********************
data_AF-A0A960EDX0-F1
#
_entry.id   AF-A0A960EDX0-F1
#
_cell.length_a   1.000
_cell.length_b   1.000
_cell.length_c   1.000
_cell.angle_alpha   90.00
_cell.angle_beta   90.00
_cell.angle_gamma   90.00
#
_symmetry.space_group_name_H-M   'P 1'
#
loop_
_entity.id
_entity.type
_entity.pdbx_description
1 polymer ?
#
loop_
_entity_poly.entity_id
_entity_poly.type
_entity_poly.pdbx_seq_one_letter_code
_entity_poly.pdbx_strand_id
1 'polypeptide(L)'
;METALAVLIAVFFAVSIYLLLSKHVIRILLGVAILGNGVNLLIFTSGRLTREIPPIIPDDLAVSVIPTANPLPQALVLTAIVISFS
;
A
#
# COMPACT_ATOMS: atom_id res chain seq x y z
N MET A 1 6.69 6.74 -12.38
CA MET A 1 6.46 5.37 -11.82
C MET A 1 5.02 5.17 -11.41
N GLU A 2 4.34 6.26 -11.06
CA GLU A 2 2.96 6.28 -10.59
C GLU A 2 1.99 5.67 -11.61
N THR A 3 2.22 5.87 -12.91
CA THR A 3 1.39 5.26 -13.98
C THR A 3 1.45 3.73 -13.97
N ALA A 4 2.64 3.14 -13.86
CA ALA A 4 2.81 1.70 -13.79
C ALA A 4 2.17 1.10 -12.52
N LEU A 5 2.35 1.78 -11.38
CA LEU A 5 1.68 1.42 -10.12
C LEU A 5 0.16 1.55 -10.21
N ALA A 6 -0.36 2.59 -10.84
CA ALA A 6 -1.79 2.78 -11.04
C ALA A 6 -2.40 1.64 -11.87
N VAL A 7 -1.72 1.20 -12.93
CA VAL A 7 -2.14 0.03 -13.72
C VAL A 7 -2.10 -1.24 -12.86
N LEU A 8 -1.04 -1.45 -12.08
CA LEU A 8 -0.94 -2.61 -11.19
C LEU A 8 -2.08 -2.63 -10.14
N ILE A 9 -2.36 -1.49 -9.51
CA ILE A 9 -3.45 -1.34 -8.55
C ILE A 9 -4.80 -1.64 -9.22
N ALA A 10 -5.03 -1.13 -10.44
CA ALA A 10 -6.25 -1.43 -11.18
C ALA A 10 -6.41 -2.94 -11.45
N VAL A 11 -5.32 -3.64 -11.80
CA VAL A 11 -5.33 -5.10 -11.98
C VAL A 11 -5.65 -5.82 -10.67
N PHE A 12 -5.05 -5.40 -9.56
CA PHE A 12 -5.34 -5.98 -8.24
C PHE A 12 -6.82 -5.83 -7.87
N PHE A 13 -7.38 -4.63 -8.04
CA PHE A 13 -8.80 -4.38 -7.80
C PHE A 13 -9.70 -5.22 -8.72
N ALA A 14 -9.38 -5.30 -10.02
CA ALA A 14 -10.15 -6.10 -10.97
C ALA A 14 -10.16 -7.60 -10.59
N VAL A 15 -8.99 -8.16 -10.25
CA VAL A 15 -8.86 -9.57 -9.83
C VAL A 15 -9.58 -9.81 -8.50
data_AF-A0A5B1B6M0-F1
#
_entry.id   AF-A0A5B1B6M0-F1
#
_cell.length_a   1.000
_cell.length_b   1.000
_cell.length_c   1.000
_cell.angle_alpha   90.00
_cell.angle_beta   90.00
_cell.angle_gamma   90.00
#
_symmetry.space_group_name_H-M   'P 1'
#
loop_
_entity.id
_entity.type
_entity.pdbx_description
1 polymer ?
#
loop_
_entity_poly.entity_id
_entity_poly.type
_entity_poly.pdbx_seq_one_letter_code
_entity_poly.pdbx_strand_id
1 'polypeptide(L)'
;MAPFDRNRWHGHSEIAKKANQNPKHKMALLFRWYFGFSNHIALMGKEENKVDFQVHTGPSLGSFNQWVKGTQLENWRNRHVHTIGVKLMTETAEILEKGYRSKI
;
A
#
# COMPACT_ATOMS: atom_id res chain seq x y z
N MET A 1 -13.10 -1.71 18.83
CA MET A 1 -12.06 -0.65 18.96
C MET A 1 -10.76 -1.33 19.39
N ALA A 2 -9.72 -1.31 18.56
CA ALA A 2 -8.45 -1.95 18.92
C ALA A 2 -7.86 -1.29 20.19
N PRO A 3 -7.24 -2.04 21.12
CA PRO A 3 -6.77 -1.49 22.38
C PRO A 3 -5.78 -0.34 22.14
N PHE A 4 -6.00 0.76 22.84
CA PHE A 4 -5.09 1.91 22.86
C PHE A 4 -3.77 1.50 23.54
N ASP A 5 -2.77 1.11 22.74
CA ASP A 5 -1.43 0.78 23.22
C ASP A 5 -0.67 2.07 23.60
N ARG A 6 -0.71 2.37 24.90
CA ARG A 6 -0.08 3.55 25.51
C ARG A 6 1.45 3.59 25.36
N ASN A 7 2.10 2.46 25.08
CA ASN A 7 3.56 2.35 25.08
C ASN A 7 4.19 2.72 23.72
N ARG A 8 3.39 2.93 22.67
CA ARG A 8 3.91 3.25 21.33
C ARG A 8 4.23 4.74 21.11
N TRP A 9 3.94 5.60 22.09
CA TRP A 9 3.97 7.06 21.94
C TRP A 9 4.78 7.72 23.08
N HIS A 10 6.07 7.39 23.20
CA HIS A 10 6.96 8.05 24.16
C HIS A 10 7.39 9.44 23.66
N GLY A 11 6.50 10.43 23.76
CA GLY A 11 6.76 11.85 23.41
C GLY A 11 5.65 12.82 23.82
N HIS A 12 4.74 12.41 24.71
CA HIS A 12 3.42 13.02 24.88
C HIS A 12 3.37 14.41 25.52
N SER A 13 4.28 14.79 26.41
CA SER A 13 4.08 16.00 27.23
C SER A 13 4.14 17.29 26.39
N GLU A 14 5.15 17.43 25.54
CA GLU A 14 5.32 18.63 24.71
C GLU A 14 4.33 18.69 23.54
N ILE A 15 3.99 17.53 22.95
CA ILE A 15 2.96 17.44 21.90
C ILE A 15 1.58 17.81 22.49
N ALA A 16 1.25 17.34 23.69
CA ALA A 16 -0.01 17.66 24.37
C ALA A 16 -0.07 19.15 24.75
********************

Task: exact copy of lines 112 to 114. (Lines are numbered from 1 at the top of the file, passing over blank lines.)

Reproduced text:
N PRO A 3 -7.24 -2.04 21.12
CA PRO A 3 -6.77 -1.49 22.38
C PRO A 3 -5.78 -0.34 22.14